The prototypical correlated system, known as a Mott insulator, possesses a ground state in which the electrons are localized, one per site, due to their strong Coulomb interaction1. Consequently, the electron spins are also localized and must order in some way at low temperature due to entropy considerations. The spins prefer to align antiferromagnetically to minimize the kinetic energy. Starting from this insulating antiferromagnetic ground state, the only phases that can be reached by tuning the temperature are a paramagnetic insulator or a paramagnetic metal. Owing to their inherently intertwined degrees of freedom, correlated materials can display excitons that, unlike their analog in band insulators, couple to spin and orbital degrees of freedom2,3 or form more exotic composite quasiparticles4. Therefore, driving these excitons with light offers a playground for exploring many-body phenomena beyond the physics of band insulators, especially the promise of reaching new phases of matter.

One example that holds intriguing possibilities for exploring the effects of a non-equilibrium population of excitons in a correlated insulator is the recently discovered spin–orbit-entangled excitons in the van der Waals antiferromagnet NiPS35. In this compound, the Ni atoms are arranged in a two-dimensional honeycomb lattice and their magnetic moments exhibit a zigzag antiferromagnetic order below the Néel temperature TN = 157 K6 (Fig. 1a). Optically, NiPS3 has a charge-transfer gap of ~1.8 eV7 at low temperature. Below this charge excitation lies a rich spectrum of sub-gap absorption resonances (Fig. 1b), including on-site d-d transitions around 1.1 and 1.7 eV and the complex of spin–orbit-entangled excitons around 1.5 eV5. These excitons are based on Zhang-Rice states8, which consist of a hole spin in a localized Ni 3d orbital and a hole spin shared by the 3p orbitals of its surrounding S ligands. Through an extensive characterization of their equilibrium properties using multiple spectroscopic probes, these peculiar excitons were assigned to the transition from a Zhang-Rice triplet to singlet and were found to exhibit intrinsic coupling to the long-range antiferromagnetic order5. This inherent connection between the excitons and antiferromagnetism presents fascinating prospects for manipulating both the spins and charge carriers of the system upon non-equilibrium driving, an avenue that has not been explored to date.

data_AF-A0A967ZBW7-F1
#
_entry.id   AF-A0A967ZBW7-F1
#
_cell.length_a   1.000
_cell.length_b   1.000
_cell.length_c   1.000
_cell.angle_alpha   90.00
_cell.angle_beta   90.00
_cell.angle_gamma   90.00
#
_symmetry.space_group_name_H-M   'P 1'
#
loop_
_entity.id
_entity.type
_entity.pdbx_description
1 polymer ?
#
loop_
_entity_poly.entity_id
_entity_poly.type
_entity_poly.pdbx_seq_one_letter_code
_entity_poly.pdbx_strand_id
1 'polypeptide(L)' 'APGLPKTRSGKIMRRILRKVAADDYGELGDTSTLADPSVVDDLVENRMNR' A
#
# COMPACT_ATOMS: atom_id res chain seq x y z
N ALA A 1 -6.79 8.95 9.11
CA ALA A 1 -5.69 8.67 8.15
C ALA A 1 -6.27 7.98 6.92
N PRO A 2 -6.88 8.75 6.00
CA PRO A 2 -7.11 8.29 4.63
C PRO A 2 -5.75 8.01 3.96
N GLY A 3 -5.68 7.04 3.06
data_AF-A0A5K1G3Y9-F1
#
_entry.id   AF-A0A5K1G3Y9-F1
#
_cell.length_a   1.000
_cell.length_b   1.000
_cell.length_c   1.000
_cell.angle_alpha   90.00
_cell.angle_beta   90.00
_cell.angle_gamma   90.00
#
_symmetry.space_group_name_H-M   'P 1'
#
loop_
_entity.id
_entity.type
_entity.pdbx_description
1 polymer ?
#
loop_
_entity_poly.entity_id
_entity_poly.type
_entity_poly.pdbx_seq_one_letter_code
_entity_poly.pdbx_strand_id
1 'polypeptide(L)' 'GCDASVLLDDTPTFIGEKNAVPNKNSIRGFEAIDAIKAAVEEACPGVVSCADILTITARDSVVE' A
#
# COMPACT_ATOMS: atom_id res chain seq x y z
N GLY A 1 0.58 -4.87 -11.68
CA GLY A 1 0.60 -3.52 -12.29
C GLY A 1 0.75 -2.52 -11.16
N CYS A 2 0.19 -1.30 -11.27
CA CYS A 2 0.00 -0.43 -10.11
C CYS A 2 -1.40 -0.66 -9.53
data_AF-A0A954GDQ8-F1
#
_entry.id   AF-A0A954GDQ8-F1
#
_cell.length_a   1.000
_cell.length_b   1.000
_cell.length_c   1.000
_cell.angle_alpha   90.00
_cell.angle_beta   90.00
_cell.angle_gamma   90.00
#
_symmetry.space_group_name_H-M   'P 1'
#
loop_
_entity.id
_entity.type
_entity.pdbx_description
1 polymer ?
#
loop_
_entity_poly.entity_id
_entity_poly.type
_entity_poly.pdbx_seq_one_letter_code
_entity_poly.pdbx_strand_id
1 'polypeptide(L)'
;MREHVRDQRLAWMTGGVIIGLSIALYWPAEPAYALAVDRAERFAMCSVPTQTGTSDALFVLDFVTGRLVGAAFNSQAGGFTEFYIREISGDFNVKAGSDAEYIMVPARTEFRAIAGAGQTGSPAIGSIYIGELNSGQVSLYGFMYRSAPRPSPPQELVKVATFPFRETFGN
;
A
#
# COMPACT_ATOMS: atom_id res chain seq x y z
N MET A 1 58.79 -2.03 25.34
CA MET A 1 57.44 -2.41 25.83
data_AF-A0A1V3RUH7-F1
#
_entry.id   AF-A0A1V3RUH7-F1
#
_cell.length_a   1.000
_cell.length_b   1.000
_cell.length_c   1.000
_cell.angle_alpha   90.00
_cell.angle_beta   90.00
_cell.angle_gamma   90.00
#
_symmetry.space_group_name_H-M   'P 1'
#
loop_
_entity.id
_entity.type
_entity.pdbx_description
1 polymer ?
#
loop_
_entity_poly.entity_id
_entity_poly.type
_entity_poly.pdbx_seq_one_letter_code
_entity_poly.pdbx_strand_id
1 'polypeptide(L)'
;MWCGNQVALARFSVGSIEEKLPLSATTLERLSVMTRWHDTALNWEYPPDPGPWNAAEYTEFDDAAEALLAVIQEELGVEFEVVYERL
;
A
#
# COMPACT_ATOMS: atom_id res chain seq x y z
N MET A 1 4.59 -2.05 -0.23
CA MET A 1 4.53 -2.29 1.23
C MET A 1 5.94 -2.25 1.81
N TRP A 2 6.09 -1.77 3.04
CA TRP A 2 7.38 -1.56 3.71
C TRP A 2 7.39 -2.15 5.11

Fig. 1: Crystal structure and optical properties of NiPS3.
figure 1

a Crystal and magnetic structure of NiPS3. The Ni atoms (blue spheres) are arranged in a two-dimensional honeycomb lattice in the ab-plane. The magnetic moments (red and blue arrows), which point mostly along the a-direction, form a zigzag antiferromagnetic pattern with weak ferromagnetic coupling in the c-direction. b Optical absorption (α) of NiPS3 below the charge-transfer gap at 20 K. The features around 1.5 eV are the spin–orbit-entangled exciton transitions reported in ref. 5. The broad structures around 1.1 and 1.7 eV are on-site d-d transitions. The data is adapted from ref. 5. c Absorption spectrum in the THz range at various temperatures. The traces are offset vertically by 10 cm−1 for clarity. The low-temperature curves show an absorption peak corresponding to a magnon resonance. The magnon energy softens with increasing temperature and the mode disappears above TN = 157 K.

Here, we photoexcite NiPS3 close to its spin–orbit-entangled exciton transitions well below the charge-transfer gap. By monitoring the low-energy electrodynamics of the system in the terahertz (THz) range, we reveal the presence of an itinerant conductivity due to the dissociation of excitons into mobile carriers, accompanied by the excitation of a long-wavelength antiferromagnetic spin precession. These observations indicate a transient conducting antiferromagnetic state that cannot be achieved by tuning the temperature of the system.


Terahertz probing of electronic and magnetic dynamics

To probe the antiferromagnetic order in NiPS3, we focus on a long-wavelength magnon at the Brillouin zone center9 whose real-space spin precession is depicted in Supplementary Fig. 16. First, we reveal the equilibrium lineshape of this magnon mode in the THz absorption (α) (Fig. 1c). At 5 K, the magnon has an extremely sharp linewidth of ~0.1 meV, which indicates a long damping time. Above TN, the mode is no longer present. Its low-temperature energy of 5.3 meV softens with increasing temperature following an order-parameter-like dependence (see below).